If you’re an avid off-road RC enthusiast, then you may need to change your tires every month and a half. You will just need to keep an eye on your tires and change them as needed based on your personal usage. 

How Do I Prolong My Tires Lifespan?

Keeping your tires fresh isn’t hard to do, and if done properly, you can set back the replacement timeline back. There are two main ways that RC car enthusiasts do this: Rotating their tires before every run and applying WD-40 on the tires.

Rotating is as simple as merely flipping the tires, and ensures that you get the best spread in them that you can. You will want to do this if you notice that your inside tire is more worn than your outside, and vice versa.

WD-40 helps soften your tires up and strengthens its grip. If you plan on taking your RC car out in the rain, then you may want to make sure that your tires are properly coated. It does wonders as a water-repellant. You only have to spray your tires with it, but be careful not to spray the brakes as you may have to replace the pad in the future.

The DIfferent Types Of Tires

There are four different surfaces that demand certain tires to properly control your RC car on them. The four are:

  • Pavement
  • Grass Tracks
  • Sand Dunes
  • Dirt/Gravel

Each surface sees no shortage of models suited for them, with many of them branching off into smaller ones. As we have said in the article, it is very important that you only use the tires appropriate for the surface that you are planning to use. You would face many performance issues with a pavement car on a sand dune, and you may even encounter further damage due to the sand being packed into it.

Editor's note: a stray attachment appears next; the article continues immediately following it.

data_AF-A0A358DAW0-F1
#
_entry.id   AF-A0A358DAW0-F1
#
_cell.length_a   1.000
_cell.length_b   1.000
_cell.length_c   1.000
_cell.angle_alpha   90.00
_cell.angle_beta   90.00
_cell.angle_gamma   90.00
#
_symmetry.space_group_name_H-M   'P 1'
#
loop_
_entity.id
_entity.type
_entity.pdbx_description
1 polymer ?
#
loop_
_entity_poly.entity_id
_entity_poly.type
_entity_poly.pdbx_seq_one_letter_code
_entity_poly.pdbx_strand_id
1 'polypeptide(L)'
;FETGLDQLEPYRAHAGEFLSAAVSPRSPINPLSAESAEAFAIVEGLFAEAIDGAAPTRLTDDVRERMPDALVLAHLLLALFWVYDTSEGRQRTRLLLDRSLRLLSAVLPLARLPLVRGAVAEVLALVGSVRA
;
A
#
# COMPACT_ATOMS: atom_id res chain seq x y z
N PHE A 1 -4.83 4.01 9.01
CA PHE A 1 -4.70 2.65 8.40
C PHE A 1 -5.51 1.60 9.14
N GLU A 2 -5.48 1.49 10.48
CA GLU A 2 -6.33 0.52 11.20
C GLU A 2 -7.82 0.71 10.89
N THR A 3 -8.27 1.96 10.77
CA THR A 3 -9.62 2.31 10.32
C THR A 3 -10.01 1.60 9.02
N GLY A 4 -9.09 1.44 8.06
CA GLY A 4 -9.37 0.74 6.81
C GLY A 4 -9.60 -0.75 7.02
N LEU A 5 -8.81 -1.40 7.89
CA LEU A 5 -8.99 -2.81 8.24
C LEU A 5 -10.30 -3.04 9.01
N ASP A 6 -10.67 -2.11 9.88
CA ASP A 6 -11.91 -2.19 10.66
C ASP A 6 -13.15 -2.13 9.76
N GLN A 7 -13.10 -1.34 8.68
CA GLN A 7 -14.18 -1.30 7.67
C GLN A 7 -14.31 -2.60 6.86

To help you get a better grasp of what should be used where you can consult the table.

Type Of Tire Suitable Surfaces
Slicks Pavement or Tarmac
Mini Spikes Does well on almost any terrain
Full Spikes Muddy areas and wet grass
Mini Pins Efficient on Carpets

What Sizes Do The Tires Come In?

There are five different sizes that RC car tires come in. It is important to pay attention to the model specs when you unbox it to help you find the right size in the replacement phase. The five different sizes are

  • 1/10 RC Buggy: Most of the tires that you find on RC cars are around 2.2 inches, meaning that you will need to find a rim that is equal in size. Remember that the dimensions between the front and rear wheels may be different when ordering new tires.
  • 1/10 RC Truck: You may be pleased to know that the tire sizes for most of the trucks are similar to that of the buggy: 2.2 inches. Unlike the Buggy, the front and rear wheels are often the same sizes.
  • 1/10 RC Short Course: You won’t be able to find these wheels everywhere, as they are somewhat unique. Like the Buggy, the tire dimensions are going to vary from the front and rear. 2.2 inches is the standard for many of the front wheels, with the rear going up to 3 inches.